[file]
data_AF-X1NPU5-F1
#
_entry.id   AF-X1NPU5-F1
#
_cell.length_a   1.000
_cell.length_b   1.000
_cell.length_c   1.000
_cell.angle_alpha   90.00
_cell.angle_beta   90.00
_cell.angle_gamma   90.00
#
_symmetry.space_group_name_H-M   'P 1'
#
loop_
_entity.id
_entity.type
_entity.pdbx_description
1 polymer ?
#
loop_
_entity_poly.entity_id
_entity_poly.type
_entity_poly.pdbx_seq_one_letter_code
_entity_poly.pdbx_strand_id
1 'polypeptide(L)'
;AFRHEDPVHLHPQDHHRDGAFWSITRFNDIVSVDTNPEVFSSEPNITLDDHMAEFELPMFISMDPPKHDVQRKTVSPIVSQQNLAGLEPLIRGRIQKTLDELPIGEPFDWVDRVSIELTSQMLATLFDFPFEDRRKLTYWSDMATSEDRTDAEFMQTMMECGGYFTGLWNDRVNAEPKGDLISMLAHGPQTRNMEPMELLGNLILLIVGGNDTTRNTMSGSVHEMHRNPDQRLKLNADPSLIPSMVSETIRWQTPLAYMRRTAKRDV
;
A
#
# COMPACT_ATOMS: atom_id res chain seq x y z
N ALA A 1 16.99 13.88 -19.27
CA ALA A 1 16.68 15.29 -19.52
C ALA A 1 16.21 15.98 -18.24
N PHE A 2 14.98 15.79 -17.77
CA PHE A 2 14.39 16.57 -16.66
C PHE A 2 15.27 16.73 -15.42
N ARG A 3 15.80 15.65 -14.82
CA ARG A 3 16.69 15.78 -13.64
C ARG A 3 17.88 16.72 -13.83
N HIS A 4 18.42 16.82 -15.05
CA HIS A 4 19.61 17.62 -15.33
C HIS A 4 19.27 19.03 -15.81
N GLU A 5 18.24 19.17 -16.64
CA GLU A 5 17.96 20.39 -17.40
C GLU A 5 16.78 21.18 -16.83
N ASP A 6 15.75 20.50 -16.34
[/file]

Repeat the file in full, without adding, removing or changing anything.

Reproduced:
data_AF-X1NPU5-F1
#
_entry.id   AF-X1NPU5-F1
#
_cell.length_a   1.000
_cell.length_b   1.000
_cell.length_c   1.000
_cell.angle_alpha   90.00
_cell.angle_beta   90.00
_cell.angle_gamma   90.00
#
_symmetry.space_group_name_H-M   'P 1'
#
loop_
_entity.id
_entity.type
_entity.pdbx_description
1 polymer ?
#
loop_
_entity_poly.entity_id
_entity_poly.type
_entity_poly.pdbx_seq_one_letter_code
_entity_poly.pdbx_strand_id
1 'polypeptide(L)'
;AFRHEDPVHLHPQDHHRDGAFWSITRFNDIVSVDTNPEVFSSEPNITLDDHMAEFELPMFISMDPPKHDVQRKTVSPIVSQQNLAGLEPLIRGRIQKTLDELPIGEPFDWVDRVSIELTSQMLATLFDFPFEDRRKLTYWSDMATSEDRTDAEFMQTMMECGGYFTGLWNDRVNAEPKGDLISMLAHGPQTRNMEPMELLGNLILLIVGGNDTTRNTMSGSVHEMHRNPDQRLKLNADPSLIPSMVSETIRWQTPLAYMRRTAKRDV
;
A
#
# COMPACT_ATOMS: atom_id res chain seq x y z
N ALA A 1 16.99 13.88 -19.27
CA ALA A 1 16.68 15.29 -19.52
C ALA A 1 16.21 15.98 -18.24
N PHE A 2 14.98 15.79 -17.77
CA PHE A 2 14.39 16.57 -16.66
C PHE A 2 15.27 16.73 -15.42
N ARG A 3 15.80 15.65 -14.82
CA ARG A 3 16.69 15.78 -13.64
C ARG A 3 17.88 16.72 -13.83
N HIS A 4 18.42 16.82 -15.05
CA HIS A 4 19.61 17.62 -15.33
C HIS A 4 19.27 19.03 -15.81
N GLU A 5 18.24 19.17 -16.64
CA GLU A 5 17.96 20.39 -17.40
C GLU A 5 16.78 21.18 -16.83
N ASP A 6 15.75 20.50 -16.34